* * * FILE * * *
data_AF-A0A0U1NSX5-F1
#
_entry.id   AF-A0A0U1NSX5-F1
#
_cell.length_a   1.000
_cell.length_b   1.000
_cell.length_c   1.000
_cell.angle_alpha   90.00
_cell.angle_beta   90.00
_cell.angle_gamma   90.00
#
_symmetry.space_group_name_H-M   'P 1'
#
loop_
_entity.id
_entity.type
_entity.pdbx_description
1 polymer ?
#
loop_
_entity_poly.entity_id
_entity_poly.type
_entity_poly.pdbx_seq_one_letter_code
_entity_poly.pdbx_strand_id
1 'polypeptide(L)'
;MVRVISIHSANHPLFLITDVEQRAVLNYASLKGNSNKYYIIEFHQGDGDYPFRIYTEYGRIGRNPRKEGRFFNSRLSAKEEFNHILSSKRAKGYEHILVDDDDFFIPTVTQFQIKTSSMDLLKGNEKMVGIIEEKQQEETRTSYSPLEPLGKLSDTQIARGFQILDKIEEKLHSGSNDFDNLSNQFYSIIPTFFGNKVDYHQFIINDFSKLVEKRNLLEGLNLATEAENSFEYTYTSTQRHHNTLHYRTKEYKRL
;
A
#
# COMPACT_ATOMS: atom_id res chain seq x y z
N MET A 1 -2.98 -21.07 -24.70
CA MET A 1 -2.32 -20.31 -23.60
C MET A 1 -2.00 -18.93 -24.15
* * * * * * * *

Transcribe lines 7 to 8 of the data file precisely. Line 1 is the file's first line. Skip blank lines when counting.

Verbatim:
_cell.length_c   1.000
_cell.angle_alpha   90.00